"I’ll help, Slayer Queen," Dawn says, and holding onto each other they follow Anya’s footsteps down the hall. Dawn’s hair smells like the Potions Room, Buffy thinks. This weirds her out too.
After they toss the purse in the guest room, Dawn stops at the open French doors and looks out at the garden. Quietly: "Boy, I love to watch them together."
Buffy doesn’t. It’s a harder, deeper if still undefinable twinge to see sleepy, glasses-free Giles in T-shirt and pajama bottoms holding his son, see red-faced unhappy David with his head on his dad’s shoulder and his little hands full of his dad’s shirt, see Anya reaching up to give Giles a sip from the mug even while she rubs circles on David’s back. The dogs silently circle the three of them, guarding them, and the laceprig web behind them throws sparks into the night.
Then Giles starts to sing, that soft voice Buffy hasn’t heard in years but would know anywhere drifting in through the doors. The tune is familiar from her childhood, watching old movies with her mom in a darkened room, but the words aren’t quite right. "Laceprig, laceprig, measuring the web you made, you and your arithmetic, you’ll probably go far...."
David makes a kid-noise, Buffy can’t really tell what, and snuggles deeper into Giles’ hold, wraps more of Giles’ shirt in those small star-fists.
"...Seems to me you’d stop and see how beautiful you are," Giles sings.
Maybe it’s the headache prompting it, maybe it’s something else, but Buffy asks something she hasn’t asked in years. "Dawn, do you ever... do you ever think about Dad?" Who’s somewhere in Spain, the last Council report on Slayer connections said, although Buffy’s never pursued it, never so much as picked up a phone to call the villa where Hank Summers has retired without his children.
Dawn looks at her, then looks back outside. "No. I don’t even think of him as Dad any more. The memories weren’t real anyway."
That really stings. "I’m sorry... I’m sorry we’re Dad-less."
"Oh, sure, because it’s so your fault he’s a loser. God, Buffy, you are totally self-absorbed."
"Bitch," Buffy says, but she smiles, eased despite the worsening headache.
"Bitch twice," Dawn returns, then says in a different, uncomfortably Anya-esque voice, "Sweetie, you do look awful. You want to lie down?"
"Bitch thrice," Buffy says, even as she leans more heavily on Dawn’s shoulder. It’s so nice to have her sister at this moment, she can let herself rest. "No, I think... I think I’ll go hang out in the kitchen, wait for that herbal magic Anya promised."
"Good call. I only wish I could make it for you, but Andrew got all the potions skill in this generation." Dawn leads Buffy back down the hall and into the kitchen, dimming the lights even before Buffy can wince, putting her into a chair at the table. As Buffy folds her arms on the table and puts her head down, Dawn jumps up to perch on the counter. Then, quietly again: "You know, you got it wrong before. I’m not Dad-less at all."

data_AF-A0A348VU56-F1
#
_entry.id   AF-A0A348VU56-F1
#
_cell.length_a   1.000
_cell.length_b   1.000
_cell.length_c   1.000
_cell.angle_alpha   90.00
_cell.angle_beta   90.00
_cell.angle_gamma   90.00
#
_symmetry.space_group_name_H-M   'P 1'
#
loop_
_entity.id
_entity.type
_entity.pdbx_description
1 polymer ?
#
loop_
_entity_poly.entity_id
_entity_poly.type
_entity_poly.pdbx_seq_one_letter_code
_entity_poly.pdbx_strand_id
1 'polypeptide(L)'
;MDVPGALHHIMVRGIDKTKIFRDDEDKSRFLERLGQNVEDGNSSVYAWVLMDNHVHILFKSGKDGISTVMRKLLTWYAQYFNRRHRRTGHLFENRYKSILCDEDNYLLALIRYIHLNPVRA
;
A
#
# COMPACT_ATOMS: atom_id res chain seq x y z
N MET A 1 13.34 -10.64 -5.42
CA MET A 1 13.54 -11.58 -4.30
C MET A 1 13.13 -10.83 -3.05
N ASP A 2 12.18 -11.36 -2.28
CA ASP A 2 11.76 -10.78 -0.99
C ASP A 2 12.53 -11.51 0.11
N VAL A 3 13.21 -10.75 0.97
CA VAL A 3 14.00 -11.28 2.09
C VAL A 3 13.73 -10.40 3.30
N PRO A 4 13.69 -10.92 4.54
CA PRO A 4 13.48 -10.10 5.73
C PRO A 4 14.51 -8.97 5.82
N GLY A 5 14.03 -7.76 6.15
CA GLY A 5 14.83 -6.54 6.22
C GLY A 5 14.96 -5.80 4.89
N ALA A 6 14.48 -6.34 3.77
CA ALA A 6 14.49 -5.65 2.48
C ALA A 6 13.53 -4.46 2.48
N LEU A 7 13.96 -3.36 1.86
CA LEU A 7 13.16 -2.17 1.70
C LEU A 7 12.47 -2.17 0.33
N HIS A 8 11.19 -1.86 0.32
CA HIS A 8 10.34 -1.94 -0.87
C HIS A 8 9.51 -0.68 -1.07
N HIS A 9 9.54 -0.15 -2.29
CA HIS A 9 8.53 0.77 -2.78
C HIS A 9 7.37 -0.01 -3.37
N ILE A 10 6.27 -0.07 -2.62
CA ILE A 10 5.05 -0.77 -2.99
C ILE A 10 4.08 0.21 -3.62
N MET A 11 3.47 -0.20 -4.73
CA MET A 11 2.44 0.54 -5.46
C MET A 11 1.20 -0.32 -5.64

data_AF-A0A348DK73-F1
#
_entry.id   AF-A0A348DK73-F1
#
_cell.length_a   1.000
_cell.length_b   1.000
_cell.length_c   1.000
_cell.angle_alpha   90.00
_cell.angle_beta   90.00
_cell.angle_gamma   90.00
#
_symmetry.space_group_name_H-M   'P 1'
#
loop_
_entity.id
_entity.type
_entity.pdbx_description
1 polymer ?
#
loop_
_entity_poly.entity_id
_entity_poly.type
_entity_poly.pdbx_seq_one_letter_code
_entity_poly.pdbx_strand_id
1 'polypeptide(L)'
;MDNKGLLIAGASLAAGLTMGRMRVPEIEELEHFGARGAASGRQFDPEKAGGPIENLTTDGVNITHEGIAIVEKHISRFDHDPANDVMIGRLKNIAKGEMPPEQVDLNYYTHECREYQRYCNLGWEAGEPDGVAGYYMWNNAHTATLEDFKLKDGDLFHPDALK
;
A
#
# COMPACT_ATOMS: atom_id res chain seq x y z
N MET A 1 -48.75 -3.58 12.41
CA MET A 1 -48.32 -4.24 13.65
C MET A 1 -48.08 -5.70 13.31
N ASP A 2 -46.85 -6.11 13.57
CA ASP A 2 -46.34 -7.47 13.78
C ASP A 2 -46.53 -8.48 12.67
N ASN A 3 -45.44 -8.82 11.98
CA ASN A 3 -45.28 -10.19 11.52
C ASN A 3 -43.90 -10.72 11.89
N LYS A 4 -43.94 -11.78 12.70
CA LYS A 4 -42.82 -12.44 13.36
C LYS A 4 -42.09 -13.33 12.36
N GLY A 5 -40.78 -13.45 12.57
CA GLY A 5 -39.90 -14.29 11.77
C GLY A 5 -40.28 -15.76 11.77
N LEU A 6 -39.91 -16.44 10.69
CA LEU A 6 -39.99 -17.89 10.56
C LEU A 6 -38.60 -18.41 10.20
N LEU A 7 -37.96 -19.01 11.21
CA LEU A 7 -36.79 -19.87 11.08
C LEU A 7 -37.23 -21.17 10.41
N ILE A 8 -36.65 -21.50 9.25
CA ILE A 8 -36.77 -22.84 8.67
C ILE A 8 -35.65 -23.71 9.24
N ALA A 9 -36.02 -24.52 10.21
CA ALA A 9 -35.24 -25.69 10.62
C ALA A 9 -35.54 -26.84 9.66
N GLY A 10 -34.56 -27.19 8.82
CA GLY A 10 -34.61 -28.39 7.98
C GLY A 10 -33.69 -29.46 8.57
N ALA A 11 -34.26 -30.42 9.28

There’s that twinge again, but it’s more clearly defined now, and more familiar-- that feeling of aloneness, of not-good-enough, of needing too much. "Lucky you," she says, and it’s more bitter than she intends.
"Hey, hey! You’re not Dad-less either."
Old words, old rejections, echo in her head. "Oh, I think I kinda am."
Dawn rolls her eyes. "Still the same old stupidhead, even if you are the Slayer Queen."
"Stop calling me that. Either or both of those names."
"Can’t make me, stupidhead." But Dawn’s voice is so loving that tears unaccountably needle Buffy’s eyes. She buries her head in her arms, but she can still hear Dawn’s feet hitting the floor, footsteps, the scrape of another kitchen chair. She can feel Dawn’s arm, heavy and real, settle across her shoulders. And weirdly, she can hear their mother in Dawn’s gentle, "I have two stories for you, okay?"
"Okay, because it’s not like I can stop you." She sighs. "Tell me two stories."
"Great. So, story the first – last year I had to choose my Watcher-track, right? My area of Council concentration while I’m also working on my official university degree? And I couldn’t decide at first between archivist and Slayer-management."
"Like you could manage a Slayer," Buffy mumbles, and then winces at a sharp, transitory ouch. She should have remembered Dawn’s a hair-puller.
"Let me tell the story," Dawn says. "So, it was choice time, and I went to Giles, laid out everything I was thinking. He got all quiet and...achy, really, and then told me I’d be a great Watcher for a Slayer, I could do anything I set my mind to. But, he said, to live with the job, I’d have to live with the reality of losing her. It was inescapable, he said."
Hidden in the depths of her arms, Buffy remembers an evening long ago in the Magic Box, and Giles refusing to look at her when she made some joke about priggish Watchers and their bad record-keeping of Slayer deaths. She remembers the swing of the lamp under his hand and the crack in his quiet voice when he said "Too painful."
Her headache seems to reverberate: pain, pain, pain, just like the memory.
Dawn pets Buffy’s hair. "Okay. Story the second. Did I ever tell you about the night David was born?"